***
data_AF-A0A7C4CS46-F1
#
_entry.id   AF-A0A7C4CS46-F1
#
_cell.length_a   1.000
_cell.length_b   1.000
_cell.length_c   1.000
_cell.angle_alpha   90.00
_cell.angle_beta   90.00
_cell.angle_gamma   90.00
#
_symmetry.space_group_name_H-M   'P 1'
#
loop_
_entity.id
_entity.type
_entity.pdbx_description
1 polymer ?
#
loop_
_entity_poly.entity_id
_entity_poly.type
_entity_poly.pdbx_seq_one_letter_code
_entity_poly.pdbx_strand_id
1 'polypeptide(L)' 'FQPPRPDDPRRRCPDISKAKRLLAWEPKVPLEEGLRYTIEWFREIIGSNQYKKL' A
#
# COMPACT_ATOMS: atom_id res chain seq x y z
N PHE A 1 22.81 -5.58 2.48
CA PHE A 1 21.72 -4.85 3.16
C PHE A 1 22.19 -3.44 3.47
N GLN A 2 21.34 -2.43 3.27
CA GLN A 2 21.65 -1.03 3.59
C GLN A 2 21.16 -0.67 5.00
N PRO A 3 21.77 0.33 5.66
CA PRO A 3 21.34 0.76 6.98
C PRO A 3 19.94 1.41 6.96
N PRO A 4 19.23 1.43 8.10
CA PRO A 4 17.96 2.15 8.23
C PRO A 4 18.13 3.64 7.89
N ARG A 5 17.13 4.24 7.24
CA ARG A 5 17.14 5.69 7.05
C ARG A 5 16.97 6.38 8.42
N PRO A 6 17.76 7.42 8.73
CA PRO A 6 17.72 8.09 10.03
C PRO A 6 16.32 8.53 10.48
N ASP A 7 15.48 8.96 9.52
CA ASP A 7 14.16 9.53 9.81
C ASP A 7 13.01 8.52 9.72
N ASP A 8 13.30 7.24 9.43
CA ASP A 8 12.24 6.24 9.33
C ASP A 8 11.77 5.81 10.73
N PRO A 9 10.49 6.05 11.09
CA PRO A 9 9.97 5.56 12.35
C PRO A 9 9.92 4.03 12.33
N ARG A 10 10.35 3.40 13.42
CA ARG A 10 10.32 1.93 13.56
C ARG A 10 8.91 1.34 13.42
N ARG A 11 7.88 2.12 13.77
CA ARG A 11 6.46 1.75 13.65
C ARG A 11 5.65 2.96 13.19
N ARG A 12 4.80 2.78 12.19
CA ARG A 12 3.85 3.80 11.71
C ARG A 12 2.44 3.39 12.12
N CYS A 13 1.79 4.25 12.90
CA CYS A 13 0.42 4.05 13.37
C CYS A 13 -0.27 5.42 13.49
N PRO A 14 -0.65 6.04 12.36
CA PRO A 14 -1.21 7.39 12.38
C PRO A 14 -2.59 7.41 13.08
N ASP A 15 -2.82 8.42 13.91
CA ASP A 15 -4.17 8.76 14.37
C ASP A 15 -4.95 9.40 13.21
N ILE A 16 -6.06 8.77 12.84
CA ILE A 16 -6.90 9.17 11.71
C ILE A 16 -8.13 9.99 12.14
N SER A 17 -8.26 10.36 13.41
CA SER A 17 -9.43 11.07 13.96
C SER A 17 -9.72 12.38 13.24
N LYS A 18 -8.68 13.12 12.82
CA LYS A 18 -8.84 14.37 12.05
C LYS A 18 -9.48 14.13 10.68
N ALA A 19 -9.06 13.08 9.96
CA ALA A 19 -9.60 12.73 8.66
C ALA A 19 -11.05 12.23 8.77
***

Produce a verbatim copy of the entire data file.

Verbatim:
data_AF-A0A7C4CS46-F1
#
_entry.id   AF-A0A7C4CS46-F1
#
_cell.length_a   1.000
_cell.length_b   1.000
_cell.length_c   1.000
_cell.angle_alpha   90.00
_cell.angle_beta   90.00
_cell.angle_gamma   90.00
#
_symmetry.space_group_name_H-M   'P 1'
#
loop_
_entity.id
_entity.type
_entity.pdbx_description
1 polymer ?
#
loop_
_entity_poly.entity_id
_entity_poly.type
_entity_poly.pdbx_seq_one_letter_code
_entity_poly.pdbx_strand_id
1 'polypeptide(L)' 'FQPPRPDDPRRRCPDISKAKRLLAWEPKVPLEEGLRYTIEWFREIIGSNQYKKL' A
#
# COMPACT_ATOMS: atom_id res chain seq x y z
N PHE A 1 22.81 -5.58 2.48
CA PHE A 1 21.72 -4.85 3.16
C PHE A 1 22.19 -3.44 3.47
N GLN A 2 21.34 -2.43 3.27
CA GLN A 2 21.65 -1.03 3.59
C GLN A 2 21.16 -0.67 5.00
N PRO A 3 21.77 0.33 5.66
CA PRO A 3 21.34 0.76 6.98
C PRO A 3 19.94 1.41 6.96
N PRO A 4 19.23 1.43 8.10
CA PRO A 4 17.96 2.15 8.23
C PRO A 4 18.13 3.64 7.89
N ARG A 5 17.13 4.24 7.24
CA ARG A 5 17.14 5.69 7.05
C ARG A 5 16.97 6.38 8.42
N PRO A 6 17.76 7.42 8.73
CA PRO A 6 17.72 8.09 10.03
C PRO A 6 16.32 8.53 10.48
N ASP A 7 15.48 8.96 9.52
CA ASP A 7 14.16 9.53 9.81
C ASP A 7 13.01 8.52 9.72
N ASP A 8 13.30 7.24 9.43
CA ASP A 8 12.24 6.24 9.33
C ASP A 8 11.77 5.81 10.73
N PRO A 9 10.49 6.05 11.09
CA PRO A 9 9.97 5.56 12.35
C PRO A 9 9.92 4.03 12.33
N ARG A 10 10.35 3.40 13.42
CA ARG A 10 10.32 1.93 13.56
C ARG A 10 8.91 1.34 13.42
N ARG A 11 7.88 2.12 13.77
CA ARG A 11 6.46 1.75 13.65
C ARG A 11 5.65 2.96 13.19
N ARG A 12 4.80 2.78 12.19
CA ARG A 12 3.85 3.80 11.71
C ARG A 12 2.44 3.39 12.12
N CYS A 13 1.79 4.25 12.90
CA CYS A 13 0.42 4.05 13.37
C CYS A 13 -0.27 5.42 13.49
N PRO A 14 -0.65 6.04 12.36
CA PRO A 14 -1.21 7.39 12.38
C PRO A 14 -2.59 7.41 13.08
N ASP A 15 -2.82 8.42 13.91
CA ASP A 15 -4.17 8.76 14.37
C ASP A 15 -4.95 9.40 13.21
N ILE A 16 -6.06 8.77 12.84
CA ILE A 16 -6.90 9.17 11.71
C ILE A 16 -8.13 9.99 12.14
N SER A 17 -8.26 10.36 13.41
CA SER A 17 -9.43 11.07 13.96
C SER A 17 -9.72 12.38 13.24
N LYS A 18 -8.68 13.12 12.82
CA LYS A 18 -8.84 14.37 12.05
C LYS A 18 -9.48 14.13 10.68
N ALA A 19 -9.06 13.08 9.96
CA ALA A 19 -9.60 12.73 8.66
C ALA A 19 -11.05 12.23 8.77